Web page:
Jenn McIntyre

Photo of Jenn McIntyre
Degree Title: 
BA Honours, Major in ID with Area of Emphasis in Latin American Studies
Graduation Date: 
2009
Life is full of surprises, and one of the greatest surprises is discovering where a degree in International Development Studies will lead you. I started the program as a young person passionate about social justice and diversity and graduated a few years older and with little sense of my place in the big, beautiful and messy world we live in. Six years later, I feel really honoured to have found my place in Romero House, a little community in the west end of Toronto (www.romerohouse.org). It has been a journey of taking risks and saying yes, which I imagine is a common experience for many IDS graduates. 
 
A few months after graduating, I moved to Toronto for a one-year internship of living with and walking alongside refugees at Romero House. It was an opportunity that I come across on the IDS listserv, which is a fantastic resource for students. That year enabled me to transform abstract theoretical concepts that I explored in university into practical ways of living in and with the world. I found my passion in welcoming and advocating with refugee claimants seeking safety in Canada. Of course, one-year internships tend to come to an end, so I moved on to the next thing, which was a harvest season as a CRAFT intern on an organic farm near Creemore.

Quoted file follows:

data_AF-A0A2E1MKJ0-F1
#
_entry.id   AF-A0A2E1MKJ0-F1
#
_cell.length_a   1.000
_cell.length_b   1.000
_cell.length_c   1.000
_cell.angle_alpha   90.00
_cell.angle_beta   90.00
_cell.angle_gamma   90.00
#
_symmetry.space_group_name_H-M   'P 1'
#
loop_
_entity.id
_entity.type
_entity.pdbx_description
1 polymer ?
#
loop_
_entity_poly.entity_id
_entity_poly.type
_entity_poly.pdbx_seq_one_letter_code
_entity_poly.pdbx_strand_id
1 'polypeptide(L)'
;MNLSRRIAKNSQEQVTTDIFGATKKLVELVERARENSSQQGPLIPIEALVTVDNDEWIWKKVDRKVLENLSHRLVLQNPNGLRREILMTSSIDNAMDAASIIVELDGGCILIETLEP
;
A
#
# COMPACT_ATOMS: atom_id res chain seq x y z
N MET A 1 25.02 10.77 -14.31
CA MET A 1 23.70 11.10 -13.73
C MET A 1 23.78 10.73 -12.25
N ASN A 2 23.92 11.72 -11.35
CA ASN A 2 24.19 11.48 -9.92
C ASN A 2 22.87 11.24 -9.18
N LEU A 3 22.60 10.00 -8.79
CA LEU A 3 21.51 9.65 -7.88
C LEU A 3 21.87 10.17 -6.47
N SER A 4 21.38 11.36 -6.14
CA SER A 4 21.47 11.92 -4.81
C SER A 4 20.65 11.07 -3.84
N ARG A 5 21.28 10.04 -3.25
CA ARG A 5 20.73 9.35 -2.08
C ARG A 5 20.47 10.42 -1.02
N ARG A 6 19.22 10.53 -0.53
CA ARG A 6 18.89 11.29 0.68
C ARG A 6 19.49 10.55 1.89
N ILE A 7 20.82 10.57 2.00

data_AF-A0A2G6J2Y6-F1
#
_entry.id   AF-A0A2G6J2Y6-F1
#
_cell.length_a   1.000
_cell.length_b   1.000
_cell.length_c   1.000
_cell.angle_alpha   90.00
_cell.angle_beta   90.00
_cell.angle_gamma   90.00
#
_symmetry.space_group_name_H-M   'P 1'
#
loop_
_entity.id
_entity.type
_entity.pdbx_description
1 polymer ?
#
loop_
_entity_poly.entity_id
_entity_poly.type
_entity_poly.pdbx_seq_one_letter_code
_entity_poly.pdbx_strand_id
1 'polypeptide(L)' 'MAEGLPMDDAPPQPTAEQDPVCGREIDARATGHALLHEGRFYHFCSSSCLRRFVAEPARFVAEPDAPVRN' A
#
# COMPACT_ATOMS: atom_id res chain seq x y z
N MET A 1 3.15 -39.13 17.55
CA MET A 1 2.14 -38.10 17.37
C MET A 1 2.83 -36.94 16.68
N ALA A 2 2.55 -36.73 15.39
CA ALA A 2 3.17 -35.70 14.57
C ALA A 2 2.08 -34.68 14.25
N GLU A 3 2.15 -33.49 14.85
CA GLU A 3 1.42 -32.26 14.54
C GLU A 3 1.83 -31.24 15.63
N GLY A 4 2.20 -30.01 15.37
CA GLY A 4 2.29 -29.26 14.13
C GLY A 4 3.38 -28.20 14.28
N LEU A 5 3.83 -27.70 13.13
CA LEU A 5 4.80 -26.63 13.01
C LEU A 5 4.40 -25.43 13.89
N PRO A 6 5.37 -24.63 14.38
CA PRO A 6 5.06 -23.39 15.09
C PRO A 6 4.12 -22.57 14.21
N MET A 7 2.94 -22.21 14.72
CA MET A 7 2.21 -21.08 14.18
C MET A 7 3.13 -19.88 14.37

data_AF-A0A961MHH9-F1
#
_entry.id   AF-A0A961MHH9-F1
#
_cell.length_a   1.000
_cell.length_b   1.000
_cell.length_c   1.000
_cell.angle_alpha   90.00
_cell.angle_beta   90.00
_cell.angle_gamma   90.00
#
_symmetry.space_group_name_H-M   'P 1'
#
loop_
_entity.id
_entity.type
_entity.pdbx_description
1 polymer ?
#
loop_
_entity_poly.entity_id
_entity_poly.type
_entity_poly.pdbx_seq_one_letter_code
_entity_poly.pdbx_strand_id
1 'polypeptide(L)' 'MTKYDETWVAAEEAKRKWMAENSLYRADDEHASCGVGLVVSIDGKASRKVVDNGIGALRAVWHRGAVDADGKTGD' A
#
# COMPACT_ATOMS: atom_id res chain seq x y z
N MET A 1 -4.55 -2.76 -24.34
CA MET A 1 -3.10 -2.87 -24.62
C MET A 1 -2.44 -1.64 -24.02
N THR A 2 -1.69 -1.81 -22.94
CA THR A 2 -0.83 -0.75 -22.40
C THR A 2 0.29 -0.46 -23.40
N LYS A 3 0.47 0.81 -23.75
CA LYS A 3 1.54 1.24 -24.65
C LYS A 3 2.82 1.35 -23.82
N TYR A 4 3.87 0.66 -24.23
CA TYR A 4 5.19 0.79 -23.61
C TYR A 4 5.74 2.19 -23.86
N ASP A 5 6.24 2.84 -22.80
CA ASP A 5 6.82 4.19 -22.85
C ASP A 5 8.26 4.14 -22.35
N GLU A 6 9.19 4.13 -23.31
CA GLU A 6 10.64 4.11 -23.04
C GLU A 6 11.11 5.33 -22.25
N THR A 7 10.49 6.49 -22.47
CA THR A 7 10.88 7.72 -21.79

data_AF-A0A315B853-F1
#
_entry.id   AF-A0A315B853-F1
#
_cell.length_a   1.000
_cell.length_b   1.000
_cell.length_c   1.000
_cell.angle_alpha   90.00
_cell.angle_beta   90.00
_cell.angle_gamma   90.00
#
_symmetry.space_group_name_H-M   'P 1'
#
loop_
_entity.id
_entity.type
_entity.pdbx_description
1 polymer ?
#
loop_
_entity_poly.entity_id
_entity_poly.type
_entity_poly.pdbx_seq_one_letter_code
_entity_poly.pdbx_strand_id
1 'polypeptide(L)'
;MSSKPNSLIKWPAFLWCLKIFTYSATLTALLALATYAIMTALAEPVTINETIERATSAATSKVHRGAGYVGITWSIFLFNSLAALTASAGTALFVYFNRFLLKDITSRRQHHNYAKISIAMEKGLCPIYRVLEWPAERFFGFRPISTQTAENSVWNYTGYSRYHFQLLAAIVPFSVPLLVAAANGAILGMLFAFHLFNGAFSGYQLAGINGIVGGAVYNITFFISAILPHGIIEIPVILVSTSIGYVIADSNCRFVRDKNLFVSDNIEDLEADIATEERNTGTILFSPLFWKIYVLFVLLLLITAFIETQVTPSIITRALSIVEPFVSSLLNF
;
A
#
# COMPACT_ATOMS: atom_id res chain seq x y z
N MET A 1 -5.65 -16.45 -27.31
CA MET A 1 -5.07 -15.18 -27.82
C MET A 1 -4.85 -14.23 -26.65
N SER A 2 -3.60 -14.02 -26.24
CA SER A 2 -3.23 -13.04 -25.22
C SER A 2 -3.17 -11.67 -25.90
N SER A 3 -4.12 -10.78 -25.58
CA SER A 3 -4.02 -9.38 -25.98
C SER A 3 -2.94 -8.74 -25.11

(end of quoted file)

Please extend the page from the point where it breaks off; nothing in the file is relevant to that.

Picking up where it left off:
After a couple of months of farming, I found myself back in Guelph working with Guelph Campus Ministry, a faith-based community on campus. I worked with students for three years, including working as a Local Learning Coordinator with Student Life for one year. However much I loved supporting students, I knew that my passion was in welcoming refugee claimants. So I left two great jobs and headed back to Toronto as a Master's of Theology student at UofT and as a neighbour and volunteer of Romero House. A year later, I very unexpectedly found myself faced with the opportunity to step into the position of Director at Romero House. I now live and work in a vibrant community of people from all over the world who are seeking a better life for themselves and their families. 
 
I feel very lucky to have a sense of my place in the world. I am ever grateful to the IDS program for pushing me to think critically and for offering opportunities to learn while travelling and while doing. Most importantly, I learned alongside a cohort of passionate people who care deeply about their local and global community.